Despite the low oil prices and economic sanctions Russia has found the cash to buy desperately needed new fighters for its air force. As the years went by Russian air force generals pointed out that the Cold War era MiG-28s and Su-27s were falling further behind the regularly upgraded Western fighters. Finally new Russian fighters began arriving in 2013 when the first of 60 Su-30SM fighter bombers entered service. Before the first Su-30SM order Russia had only eleven Su-30s in service, far fewer than China and India. All Russia could afford until 2013 was the older Su-27. Russia has sent Su-30SMs to Syria where they are gaining valuable combat experience and are, so far, holding up well. The Su-35S, which spent two decades in development and was delayed by repeated problems with new technology (electronics and engines). This delayed delivery of aircraft reliable enough for regular combat until early 2016. Thus the Su-35S is now being put to the test with four recently arriving in.
The Su-30SM is a Russian Air Force version of the Su-30MKI that has been exported (to India, Algeria, and Malaysia) since 2002. It is a two-seat jet fighter-bomber similar to the American F-15E. Since the early 1990s Russian defense manufacturers have survived on exports. The Russian military halted most equipment purchases after the Soviet Union collapsed in 1991. That collapse was largely due to financial and economic mismanagement by the communist government. The Soviet Union was, literally, bankrupt and it took most of the 1990s to sort it all out.
After 2000 the Russian military gradually resumed buying. Initially, the armed forces could not afford the best stuff (like the Su-30MKI). That gradually changed and now the Russian military is catching up. The Su-30SM is the first Su-30 model for the Russian Air Force that uses thrust vectoring (the ability of the engine to direct its exhaust a bit and enhance maneuverability).
The Su-30MKI, even though equipped with Western electronics, costs less than $50 million each, about half of what an equivalent F-15 costs. The Russian version will have Russian electronics and other Russian made gear but otherwise be nearly identical to the Su-30MKI. The Su-30MKI/SM each weigh about 38 tons and each can carry more than eight tons of bombs and hit targets over 1,500 kilometers away. The Su-30SM is able to use a large range of missiles and smart bombs.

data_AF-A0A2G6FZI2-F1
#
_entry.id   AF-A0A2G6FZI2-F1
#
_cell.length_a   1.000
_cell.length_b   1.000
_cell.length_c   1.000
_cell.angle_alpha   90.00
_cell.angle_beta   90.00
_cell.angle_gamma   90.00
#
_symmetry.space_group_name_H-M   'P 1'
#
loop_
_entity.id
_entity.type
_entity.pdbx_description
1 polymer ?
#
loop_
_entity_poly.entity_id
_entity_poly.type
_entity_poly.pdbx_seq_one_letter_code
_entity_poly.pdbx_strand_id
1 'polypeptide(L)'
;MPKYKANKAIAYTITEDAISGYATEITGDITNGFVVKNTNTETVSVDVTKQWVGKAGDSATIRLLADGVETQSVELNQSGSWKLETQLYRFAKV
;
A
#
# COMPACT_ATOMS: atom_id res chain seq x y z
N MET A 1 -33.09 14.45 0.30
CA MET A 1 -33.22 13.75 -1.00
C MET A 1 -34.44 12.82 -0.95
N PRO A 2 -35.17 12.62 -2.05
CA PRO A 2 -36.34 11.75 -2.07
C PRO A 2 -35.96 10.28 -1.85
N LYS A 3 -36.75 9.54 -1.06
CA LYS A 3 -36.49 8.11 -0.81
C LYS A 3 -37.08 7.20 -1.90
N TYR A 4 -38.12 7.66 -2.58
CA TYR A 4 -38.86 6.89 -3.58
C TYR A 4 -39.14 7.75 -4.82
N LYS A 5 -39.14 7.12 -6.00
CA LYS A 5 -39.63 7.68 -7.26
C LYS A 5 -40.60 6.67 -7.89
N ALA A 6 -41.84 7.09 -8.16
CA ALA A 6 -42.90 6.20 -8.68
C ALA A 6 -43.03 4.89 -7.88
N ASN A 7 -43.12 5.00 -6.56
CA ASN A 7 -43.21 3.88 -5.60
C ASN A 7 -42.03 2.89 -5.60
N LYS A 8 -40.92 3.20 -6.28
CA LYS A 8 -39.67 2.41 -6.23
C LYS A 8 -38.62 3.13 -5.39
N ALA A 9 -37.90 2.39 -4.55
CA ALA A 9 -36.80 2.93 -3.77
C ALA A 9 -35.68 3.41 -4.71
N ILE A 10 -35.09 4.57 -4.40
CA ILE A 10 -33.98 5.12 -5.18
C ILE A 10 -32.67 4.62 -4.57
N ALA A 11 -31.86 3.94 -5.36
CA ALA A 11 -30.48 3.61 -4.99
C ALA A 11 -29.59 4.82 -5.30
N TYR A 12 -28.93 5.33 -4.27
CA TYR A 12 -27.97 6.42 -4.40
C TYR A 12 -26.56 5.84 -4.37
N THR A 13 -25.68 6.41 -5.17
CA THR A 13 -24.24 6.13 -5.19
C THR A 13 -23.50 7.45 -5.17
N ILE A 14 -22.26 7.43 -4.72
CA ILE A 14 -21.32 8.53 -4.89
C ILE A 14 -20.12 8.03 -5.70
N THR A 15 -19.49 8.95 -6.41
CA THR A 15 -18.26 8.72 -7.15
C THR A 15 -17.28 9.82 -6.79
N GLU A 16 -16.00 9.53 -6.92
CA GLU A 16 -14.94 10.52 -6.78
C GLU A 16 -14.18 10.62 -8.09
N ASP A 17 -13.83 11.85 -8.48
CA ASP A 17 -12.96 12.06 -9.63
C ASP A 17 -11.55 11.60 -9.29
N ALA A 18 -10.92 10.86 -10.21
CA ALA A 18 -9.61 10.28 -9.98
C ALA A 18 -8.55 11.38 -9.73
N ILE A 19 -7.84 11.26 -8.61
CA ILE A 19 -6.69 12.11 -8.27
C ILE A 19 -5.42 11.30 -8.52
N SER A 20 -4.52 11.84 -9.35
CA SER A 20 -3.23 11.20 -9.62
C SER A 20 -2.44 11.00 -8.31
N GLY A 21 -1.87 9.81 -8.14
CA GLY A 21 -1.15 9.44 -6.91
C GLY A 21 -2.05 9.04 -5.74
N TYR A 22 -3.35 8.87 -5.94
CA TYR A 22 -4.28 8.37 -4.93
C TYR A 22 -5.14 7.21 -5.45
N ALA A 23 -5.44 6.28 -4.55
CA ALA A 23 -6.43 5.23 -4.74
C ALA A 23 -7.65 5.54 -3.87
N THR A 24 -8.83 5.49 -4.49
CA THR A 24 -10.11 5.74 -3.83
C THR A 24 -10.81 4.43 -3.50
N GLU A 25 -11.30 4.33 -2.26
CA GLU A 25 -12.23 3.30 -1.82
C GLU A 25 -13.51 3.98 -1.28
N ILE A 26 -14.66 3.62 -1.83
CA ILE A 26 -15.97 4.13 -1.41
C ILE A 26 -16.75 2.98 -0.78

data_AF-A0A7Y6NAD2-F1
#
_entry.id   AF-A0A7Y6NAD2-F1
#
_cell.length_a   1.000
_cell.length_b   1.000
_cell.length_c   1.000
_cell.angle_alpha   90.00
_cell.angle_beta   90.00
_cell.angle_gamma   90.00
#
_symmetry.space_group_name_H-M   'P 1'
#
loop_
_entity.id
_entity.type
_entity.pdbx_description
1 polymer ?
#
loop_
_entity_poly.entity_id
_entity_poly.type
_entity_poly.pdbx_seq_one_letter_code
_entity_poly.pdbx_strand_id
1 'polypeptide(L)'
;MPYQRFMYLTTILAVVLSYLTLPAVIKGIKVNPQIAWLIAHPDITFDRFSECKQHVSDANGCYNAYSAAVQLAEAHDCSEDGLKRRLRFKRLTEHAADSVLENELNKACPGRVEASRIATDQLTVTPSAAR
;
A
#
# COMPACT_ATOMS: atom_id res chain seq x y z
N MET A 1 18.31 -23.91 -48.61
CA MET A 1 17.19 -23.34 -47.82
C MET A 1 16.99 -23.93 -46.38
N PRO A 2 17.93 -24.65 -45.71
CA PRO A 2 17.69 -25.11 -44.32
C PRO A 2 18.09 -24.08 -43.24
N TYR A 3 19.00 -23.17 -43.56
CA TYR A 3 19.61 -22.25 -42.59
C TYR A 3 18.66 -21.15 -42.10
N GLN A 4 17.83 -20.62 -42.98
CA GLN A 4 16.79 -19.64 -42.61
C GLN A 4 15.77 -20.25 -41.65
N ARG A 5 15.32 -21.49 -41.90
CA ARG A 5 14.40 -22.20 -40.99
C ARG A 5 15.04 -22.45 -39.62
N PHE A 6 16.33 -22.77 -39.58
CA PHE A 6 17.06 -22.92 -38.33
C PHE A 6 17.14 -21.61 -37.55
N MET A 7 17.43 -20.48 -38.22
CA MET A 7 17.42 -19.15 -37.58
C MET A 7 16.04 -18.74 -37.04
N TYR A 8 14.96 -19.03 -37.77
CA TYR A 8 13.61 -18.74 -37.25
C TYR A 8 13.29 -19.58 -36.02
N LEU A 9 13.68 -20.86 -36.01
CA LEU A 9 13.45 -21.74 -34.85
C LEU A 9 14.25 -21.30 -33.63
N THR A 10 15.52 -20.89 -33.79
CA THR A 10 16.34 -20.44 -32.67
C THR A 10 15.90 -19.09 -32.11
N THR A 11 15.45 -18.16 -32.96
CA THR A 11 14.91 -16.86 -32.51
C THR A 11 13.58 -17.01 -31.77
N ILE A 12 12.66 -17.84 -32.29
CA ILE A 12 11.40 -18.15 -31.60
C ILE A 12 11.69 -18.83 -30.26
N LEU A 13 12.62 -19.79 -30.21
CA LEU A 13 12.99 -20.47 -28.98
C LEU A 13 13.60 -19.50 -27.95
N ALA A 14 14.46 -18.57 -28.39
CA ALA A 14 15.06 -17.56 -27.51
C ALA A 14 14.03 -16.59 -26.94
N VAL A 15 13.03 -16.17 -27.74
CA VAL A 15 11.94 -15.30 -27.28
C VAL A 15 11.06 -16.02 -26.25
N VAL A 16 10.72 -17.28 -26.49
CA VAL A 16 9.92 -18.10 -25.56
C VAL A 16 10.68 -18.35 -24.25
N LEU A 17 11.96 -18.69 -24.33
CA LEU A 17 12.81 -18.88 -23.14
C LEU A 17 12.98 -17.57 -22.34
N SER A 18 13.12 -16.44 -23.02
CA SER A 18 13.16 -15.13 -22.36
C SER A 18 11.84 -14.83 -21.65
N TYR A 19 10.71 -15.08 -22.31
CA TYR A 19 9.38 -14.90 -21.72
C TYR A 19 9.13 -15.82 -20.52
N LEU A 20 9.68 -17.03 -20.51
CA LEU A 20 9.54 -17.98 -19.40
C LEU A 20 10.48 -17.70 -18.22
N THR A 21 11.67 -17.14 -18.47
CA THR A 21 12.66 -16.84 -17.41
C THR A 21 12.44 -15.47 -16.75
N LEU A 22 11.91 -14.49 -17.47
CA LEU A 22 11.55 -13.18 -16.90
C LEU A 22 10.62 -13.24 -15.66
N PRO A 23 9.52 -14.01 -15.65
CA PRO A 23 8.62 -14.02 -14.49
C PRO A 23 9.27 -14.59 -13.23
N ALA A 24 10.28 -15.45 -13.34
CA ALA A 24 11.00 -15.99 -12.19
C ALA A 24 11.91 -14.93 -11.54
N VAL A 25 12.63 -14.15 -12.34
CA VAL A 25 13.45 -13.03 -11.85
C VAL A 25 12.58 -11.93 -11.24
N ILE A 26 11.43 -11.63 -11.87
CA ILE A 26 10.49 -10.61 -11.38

The Su-35 is a 34 ton fighter that is more maneuverable than the original, 33 ton, Su-27, and has much better electronics. The Su-35 began in the late 1980s as a customized (for more maneuverability) version of the Su-27. Development continued the resulted in the Su-35, an aircraft that can cruise at above the speed of sound. It also costs at least fifty percent more than the Su-27. That would be some $60 million (for a barebones model), about what a top-of-the-line F-16 costs. The Su-27 was originally developed to match the F-15, which is larger than the single engine F-16. The larger size of the Su-27/35 allows designers to do a lot more with it in terms of modifications and enhancements.
The Su-35 has some stealth capabilities (or at least be less detectable to most fighter aircraft radars). Russia claims the Su-35 has a useful life of 6,000 flight hours and engines good for 4,000 hours. Russia provides world-class avionics, plus a very pilot-friendly cockpit. The use of many thrusters and fly-by-wire produced an aircraft even more maneuverable than Su-30s (which were Su-27s tweaked to be extremely agile). The Su-35 was in development for two decades before it was declared ready for production in 2005. But even then there were problems with the new engines that gave it its superior performance. Russia says the engine problems are solved, but only time will tell if that is true. The Su-35 is not meant to be a direct rival for the F-22 because the Russian aircraft is not nearly as stealthy.
The Su-35 carries a 30mm autocannon (with 150 rounds) and up to eight tons of munitions, hanging from 12 hard points. This reduces stealthiness, which the F-22 and F-35 get around by using an internal bay for bombs and missiles. But if the maneuverability and advanced electronics of the proposed Su-35 live up to the promises, the aircraft would be more than a match for every fighter out there except the F-22. Since the Su-35 is to sell for well under $100 million each, there should be a lot of buyers.
Russia still has a smaller force of modern fighters than China and India (who could afford the most modern Russian warplanes) and far behind the United States. Whether or not Russia catches up soon depends, as it did throughout the Cold War, money.